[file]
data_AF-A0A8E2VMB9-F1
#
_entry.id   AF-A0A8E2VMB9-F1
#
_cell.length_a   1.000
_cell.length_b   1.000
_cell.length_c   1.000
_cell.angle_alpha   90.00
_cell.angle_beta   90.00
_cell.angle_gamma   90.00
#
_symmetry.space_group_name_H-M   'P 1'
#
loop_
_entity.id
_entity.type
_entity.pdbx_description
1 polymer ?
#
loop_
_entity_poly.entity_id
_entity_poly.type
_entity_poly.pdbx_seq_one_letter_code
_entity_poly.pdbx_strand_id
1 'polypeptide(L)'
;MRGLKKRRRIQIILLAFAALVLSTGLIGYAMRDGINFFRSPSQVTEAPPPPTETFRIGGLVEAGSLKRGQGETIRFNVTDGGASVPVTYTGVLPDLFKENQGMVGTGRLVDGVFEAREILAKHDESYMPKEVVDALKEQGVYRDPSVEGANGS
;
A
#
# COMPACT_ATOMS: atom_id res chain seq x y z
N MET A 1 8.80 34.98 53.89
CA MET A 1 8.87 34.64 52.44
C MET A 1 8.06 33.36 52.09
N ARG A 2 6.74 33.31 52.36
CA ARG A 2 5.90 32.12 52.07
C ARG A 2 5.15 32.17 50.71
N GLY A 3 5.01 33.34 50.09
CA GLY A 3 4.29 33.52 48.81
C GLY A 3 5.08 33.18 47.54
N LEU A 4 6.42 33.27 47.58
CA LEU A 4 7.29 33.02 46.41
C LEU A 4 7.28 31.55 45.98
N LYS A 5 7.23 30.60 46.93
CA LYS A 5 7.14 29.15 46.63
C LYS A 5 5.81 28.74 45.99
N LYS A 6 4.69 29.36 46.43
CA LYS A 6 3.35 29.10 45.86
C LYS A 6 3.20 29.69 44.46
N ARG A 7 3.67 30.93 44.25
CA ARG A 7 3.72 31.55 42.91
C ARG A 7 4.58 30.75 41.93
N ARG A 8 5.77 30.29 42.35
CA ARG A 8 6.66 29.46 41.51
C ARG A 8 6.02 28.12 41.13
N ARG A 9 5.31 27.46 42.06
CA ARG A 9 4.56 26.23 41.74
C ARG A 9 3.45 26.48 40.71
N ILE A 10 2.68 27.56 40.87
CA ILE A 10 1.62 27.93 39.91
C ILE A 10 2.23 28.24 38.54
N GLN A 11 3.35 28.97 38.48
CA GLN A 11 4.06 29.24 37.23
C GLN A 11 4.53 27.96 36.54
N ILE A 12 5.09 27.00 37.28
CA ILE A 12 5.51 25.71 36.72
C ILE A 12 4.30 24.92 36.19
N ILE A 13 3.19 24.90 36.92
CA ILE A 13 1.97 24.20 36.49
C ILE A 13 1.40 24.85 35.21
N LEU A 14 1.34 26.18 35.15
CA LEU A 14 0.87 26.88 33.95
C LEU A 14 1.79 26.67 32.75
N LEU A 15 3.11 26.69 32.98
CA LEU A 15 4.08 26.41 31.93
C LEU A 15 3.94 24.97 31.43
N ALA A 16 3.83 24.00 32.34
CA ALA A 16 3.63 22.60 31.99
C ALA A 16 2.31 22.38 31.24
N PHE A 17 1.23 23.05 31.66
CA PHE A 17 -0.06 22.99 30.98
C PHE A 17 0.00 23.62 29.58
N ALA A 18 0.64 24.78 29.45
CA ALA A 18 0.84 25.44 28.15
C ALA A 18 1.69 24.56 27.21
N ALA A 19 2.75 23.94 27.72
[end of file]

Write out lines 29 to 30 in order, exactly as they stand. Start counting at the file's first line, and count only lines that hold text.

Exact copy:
#
# COMPACT_ATOMS: atom_id res chain seq x y z